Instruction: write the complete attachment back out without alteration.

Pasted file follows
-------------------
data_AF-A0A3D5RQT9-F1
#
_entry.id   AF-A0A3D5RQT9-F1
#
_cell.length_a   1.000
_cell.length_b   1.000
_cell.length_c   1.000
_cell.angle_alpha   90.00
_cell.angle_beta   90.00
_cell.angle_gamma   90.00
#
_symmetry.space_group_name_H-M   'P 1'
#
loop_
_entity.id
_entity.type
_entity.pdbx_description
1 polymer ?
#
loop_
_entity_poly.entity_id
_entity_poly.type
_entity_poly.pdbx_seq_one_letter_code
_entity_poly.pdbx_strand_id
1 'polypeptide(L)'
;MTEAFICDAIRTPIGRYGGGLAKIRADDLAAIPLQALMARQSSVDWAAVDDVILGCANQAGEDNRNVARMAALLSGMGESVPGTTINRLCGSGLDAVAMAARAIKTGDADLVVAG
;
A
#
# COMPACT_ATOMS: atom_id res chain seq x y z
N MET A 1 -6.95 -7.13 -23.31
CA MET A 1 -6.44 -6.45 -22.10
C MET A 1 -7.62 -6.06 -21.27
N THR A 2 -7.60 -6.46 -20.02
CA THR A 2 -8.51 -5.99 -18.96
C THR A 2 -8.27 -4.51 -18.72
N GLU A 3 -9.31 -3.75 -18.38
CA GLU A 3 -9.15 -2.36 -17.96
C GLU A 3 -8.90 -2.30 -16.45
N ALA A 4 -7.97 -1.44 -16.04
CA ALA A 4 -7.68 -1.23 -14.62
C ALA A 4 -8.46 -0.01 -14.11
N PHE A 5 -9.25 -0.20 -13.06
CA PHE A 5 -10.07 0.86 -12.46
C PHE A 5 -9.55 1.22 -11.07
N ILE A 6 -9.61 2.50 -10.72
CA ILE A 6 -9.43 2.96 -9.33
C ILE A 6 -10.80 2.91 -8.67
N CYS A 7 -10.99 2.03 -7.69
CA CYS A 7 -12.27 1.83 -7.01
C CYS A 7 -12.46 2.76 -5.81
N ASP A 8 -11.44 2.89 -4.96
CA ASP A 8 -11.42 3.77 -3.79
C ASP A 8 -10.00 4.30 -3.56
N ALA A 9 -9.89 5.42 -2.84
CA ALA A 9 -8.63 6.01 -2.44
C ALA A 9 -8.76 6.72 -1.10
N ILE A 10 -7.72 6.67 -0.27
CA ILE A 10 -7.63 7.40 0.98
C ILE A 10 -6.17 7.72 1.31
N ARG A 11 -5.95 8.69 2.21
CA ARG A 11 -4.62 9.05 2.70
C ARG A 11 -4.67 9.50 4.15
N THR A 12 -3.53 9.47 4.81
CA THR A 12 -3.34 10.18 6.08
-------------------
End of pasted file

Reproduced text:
data_AF-A0A3D5RQT9-F1
#
_entry.id   AF-A0A3D5RQT9-F1
#
_cell.length_a   1.000
_cell.length_b   1.000
_cell.length_c   1.000
_cell.angle_alpha   90.00
_cell.angle_beta   90.00
_cell.angle_gamma   90.00
#
_symmetry.space_group_name_H-M   'P 1'
#
loop_
_entity.id
_entity.type
_entity.pdbx_description
1 polymer ?
#
loop_
_entity_poly.entity_id
_entity_poly.type
_entity_poly.pdbx_seq_one_letter_code
_entity_poly.pdbx_strand_id
1 'polypeptide(L)'
;MTEAFICDAIRTPIGRYGGGLAKIRADDLAAIPLQALMARQSSVDWAAVDDVILGCANQAGEDNRNVARMAALLSGMGESVPGTTINRLCGSGLDAVAMAARAIKTGDADLVVAG
;
A
#
# COMPACT_ATOMS: atom_id res chain seq x y z
N MET A 1 -6.95 -7.13 -23.31
CA MET A 1 -6.44 -6.45 -22.10
C MET A 1 -7.62 -6.06 -21.27
N THR A 2 -7.60 -6.46 -20.02
CA THR A 2 -8.51 -5.99 -18.96
C THR A 2 -8.27 -4.51 -18.72
N GLU A 3 -9.31 -3.75 -18.38
CA GLU A 3 -9.15 -2.36 -17.96
C GLU A 3 -8.90 -2.30 -16.45
N ALA A 4 -7.97 -1.44 -16.04
CA ALA A 4 -7.68 -1.23 -14.62
C ALA A 4 -8.46 -0.01 -14.11
N PHE A 5 -9.25 -0.20 -13.06
CA PHE A 5 -10.07 0.86 -12.46
C PHE A 5 -9.55 1.22 -11.07
N ILE A 6 -9.61 2.50 -10.72
CA ILE A 6 -9.43 2.96 -9.33
C ILE A 6 -10.80 2.91 -8.67
N CYS A 7 -10.99 2.03 -7.69
CA CYS A 7 -12.27 1.83 -7.01
C CYS A 7 -12.46 2.76 -5.81
N ASP A 8 -11.44 2.89 -4.96
CA ASP A 8 -11.42 3.77 -3.79
C ASP A 8 -10.00 4.30 -3.56
N ALA A 9 -9.89 5.42 -2.84
CA ALA A 9 -8.63 6.01 -2.44
C ALA A 9 -8.76 6.72 -1.10
N ILE A 10 -7.72 6.67 -0.27
CA ILE A 10 -7.63 7.40 0.98
C ILE A 10 -6.17 7.72 1.31
N ARG A 11 -5.95 8.69 2.21
CA ARG A 11 -4.62 9.05 2.70
C ARG A 11 -4.67 9.50 4.15
N THR A 12 -3.53 9.47 4.81
CA THR A 12 -3.34 10.18 6.08